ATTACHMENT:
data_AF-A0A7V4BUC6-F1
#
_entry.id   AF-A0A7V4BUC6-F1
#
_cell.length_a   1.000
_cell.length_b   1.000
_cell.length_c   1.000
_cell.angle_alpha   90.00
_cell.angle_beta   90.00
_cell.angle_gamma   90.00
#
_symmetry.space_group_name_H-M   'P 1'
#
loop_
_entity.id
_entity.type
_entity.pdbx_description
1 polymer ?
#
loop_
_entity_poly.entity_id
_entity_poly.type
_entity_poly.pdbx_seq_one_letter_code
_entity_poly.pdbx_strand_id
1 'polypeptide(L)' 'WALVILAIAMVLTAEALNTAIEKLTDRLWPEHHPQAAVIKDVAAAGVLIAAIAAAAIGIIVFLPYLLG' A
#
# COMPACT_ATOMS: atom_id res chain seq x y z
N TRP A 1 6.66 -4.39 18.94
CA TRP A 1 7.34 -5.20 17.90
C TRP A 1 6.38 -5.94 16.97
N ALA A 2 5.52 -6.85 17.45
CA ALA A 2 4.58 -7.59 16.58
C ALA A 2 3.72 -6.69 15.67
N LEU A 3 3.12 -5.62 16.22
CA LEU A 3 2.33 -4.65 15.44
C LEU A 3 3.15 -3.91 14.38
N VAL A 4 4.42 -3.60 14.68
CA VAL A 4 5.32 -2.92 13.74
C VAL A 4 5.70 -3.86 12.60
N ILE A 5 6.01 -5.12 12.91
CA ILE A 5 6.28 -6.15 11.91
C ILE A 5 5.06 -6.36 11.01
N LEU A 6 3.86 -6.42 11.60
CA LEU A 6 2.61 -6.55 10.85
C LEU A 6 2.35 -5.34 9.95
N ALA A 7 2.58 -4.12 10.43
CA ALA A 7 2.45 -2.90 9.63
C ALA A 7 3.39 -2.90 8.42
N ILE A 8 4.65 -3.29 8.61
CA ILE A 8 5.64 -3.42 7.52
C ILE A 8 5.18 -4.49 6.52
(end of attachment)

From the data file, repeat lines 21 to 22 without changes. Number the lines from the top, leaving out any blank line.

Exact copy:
_entity_poly.entity_id
_entity_poly.type